I believe it is firstly down to diplomatic bullying by the Russian government and also to rigged elections in which pro-Russians are put into positions of power (there have been strong indications of such election-tampering taking place, but nothing officially confirmed). Therefore, going into the concluding section of this article, I want to highlight my full support for the demonstrators, as they are trying only to overthrow a corrupt government and to join the EU, which is a brilliant organisation that would aid their country in further social and economic progression. Perhaps the dramatic situation in Ukraine throughout February (and now March) will be studied by future students of history in ‘Early 21st Century Relations ’ history courses and there will be discussion of how this influenced subsequent events which we have not yet experienced.

By the beginning of February, all 234 protestors arrested since December had been released but had charges against them retained, effectively putting them in jeopardy, not knowing what would happen to them in the future. Events started unfolding rapidly on the 18th February when 18 people, including seven policemen, were killed and riot police started to encircle the square the protestors were occupying. With the international media now covering every detail of the crisis, nothing now done by either sides was going unreported; most shockingly, on the 20th February, it was reported that snipers had been firing on protestors, presumably at the instigation of the government. This was confirmed when images were shown of uniformed snipers shooting at protestors trying to shield themselves with makeshift barricades; there were further images of protestors dying from signal shot wounds, suggesting execution-style sniping. The introduction of snipers as part of the arsenal used by the government against the protestors cemented my belief that the government had no 'right' to continue its rule. Even though the government was ‘democratically elected’, as soon as they purposely killed their own civilian citizens those responsible should be held accountable as murders.

Opposition leader (and former Prime Minister) Yulia Tymoshenko
addresses protesters following her release from prison
(source: Guardian)
On the 21st February, a compromise deal was signed with opposition leaders, envisaging a new national unity government, with constitutional changes to hand powers back to parliament and early elections to be held by December. However, this this deal was met by sporadic violence as protestors rightfully did not want to recognise the Kiev authorities. The 22nd February was the day everything changed. The protestors seized control of the presidential administration buildings and called for elections on the 25th May.  President Yanukovych fled (reported heading to the north-east of Ukraine) and the Ukrainian parliament voted to remove him from power.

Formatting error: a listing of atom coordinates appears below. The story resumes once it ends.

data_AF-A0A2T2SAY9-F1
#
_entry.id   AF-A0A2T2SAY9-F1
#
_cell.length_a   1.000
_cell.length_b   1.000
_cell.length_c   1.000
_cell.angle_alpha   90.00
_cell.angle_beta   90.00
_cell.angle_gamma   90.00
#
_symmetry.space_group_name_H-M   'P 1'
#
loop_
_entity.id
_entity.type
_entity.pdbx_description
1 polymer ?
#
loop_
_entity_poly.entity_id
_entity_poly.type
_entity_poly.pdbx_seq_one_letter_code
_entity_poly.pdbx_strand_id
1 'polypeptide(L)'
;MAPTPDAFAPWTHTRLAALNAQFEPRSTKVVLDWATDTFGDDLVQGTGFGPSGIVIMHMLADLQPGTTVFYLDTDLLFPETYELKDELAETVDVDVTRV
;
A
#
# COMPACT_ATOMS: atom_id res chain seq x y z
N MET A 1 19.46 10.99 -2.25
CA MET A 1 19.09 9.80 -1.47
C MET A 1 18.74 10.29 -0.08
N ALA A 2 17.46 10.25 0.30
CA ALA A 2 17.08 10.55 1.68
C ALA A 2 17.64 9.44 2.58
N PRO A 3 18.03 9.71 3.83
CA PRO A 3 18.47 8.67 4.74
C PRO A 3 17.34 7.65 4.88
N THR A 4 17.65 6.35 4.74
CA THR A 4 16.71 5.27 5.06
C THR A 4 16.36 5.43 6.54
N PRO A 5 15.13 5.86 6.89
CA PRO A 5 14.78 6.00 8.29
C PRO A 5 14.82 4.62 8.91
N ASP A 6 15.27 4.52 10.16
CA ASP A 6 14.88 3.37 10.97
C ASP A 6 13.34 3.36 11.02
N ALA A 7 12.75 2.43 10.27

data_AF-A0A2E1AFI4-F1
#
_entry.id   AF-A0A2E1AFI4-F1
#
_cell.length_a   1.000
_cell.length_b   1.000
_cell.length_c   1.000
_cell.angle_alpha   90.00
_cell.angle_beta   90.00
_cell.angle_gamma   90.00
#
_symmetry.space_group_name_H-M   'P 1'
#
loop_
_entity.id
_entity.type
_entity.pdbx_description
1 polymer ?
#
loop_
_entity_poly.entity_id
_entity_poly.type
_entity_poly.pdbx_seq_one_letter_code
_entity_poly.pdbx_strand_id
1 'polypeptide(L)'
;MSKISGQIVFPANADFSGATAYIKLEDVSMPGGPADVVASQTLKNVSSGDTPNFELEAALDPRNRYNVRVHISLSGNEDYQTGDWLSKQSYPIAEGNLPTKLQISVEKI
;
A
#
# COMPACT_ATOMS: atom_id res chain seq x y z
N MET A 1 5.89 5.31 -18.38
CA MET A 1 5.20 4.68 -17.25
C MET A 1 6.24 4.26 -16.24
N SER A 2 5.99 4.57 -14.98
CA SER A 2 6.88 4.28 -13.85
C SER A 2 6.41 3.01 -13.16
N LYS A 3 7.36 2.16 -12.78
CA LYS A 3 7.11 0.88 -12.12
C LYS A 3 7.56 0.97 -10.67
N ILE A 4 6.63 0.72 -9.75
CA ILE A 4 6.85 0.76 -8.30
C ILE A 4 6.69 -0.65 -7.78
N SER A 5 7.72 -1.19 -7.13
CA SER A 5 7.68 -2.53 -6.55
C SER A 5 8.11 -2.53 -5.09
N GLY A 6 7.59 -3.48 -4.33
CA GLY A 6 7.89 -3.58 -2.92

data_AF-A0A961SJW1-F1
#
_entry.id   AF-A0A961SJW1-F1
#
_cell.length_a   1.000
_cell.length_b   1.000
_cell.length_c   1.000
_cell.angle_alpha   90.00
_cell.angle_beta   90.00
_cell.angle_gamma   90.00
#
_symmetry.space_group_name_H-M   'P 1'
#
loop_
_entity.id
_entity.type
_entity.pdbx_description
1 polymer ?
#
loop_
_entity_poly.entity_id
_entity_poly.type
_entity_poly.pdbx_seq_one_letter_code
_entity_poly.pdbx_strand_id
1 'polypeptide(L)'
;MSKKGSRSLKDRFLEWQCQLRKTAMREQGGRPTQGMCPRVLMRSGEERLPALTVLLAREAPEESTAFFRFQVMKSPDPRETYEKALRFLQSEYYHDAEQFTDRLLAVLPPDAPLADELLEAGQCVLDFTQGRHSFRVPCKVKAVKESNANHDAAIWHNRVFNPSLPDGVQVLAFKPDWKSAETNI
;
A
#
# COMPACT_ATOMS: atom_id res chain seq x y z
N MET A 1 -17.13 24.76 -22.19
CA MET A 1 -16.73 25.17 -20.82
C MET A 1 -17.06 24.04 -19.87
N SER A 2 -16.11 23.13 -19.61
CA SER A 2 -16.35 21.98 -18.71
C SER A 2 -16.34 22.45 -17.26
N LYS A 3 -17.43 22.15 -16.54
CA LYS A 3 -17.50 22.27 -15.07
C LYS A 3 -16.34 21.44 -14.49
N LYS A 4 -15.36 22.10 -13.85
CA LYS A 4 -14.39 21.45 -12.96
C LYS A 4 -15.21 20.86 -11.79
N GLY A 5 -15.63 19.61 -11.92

This might have ended the crisis but, days after an interim President was announced, there were protests in the pro-Russian Crimea (part of Ukraine) with protestors raising Russian flags over regional governmental buildings. On the 27th February, pro-Russian gunmen seized key buildings. On the 28th February, unidentified gunmen seized key buildings and institutions across Crimea, also controlling the airports, which increased fears of an imminent Russian intervention. This sparked the USA to say that there would be ‘effects’ if Russia tried any military engagement.  


Pro-Russian protesters in the Crimea
(source: BBC)
Now to the events of this weekend. The lower and upper houses of the Russian parliament approved any troop deployment and asked that Russian forces be used "until the normalisation of the political situation in the country". Now we are left waiting to see what happens. By the time this article has been published the question of "What next?" may be answered but I look upon the situation and firstly hope for a solution that involves the least number of casualties but also that leads to the greatest stability in Ukraine for years to come. This may include Crimea going to Russia if that means greater stability; however, this should only happen as a result of a successful plebiscite which is accepted to be fair by international observers.
Whatever does happen, we must remember that too many lives have been lost and that we should learnt from this so that the international community can act more wisely if similar situations happen in the future.

6 comments:

  1. Putin should mind his own business or he will be Put-in a jail cell!

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  2. I actually think Putin is right, Ukraine was unstable and he's the only one of these leaders to actually take a stand and do something to re-stabilise the country.

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  3. Interesting point, Ieuan, but I disagree entirely. I think Justin Bieber sums it up best:

    "I wish we had another time, I wish we had another place, but everything we have is stuck in the moment, And there's nothing my heart can do, To fight with time and space,"

    Putin needs to understand this is a game of time, there is no rush, the world leaders need to realise it is about finding the best solution, not rushing into a deal which would result in civilians being treated as commodities.

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  4. I just want to see the country stabilised and a peace treaty sorted out so we can evade this potential World War 3, I'm a pacifist.

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  5. I agree with Ieuan. As a peaceful person and a pacifist, I would hate to see the potential Third World War become a reality, in a place that is (quote Chamberlain) "far away, and people we know nothing of". Putin's actions are disgraceful, and those in Ukraine should be left to settle their own disputes.

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  6. The Ukraine is none of our business so we should leave the argument between them and the Russians!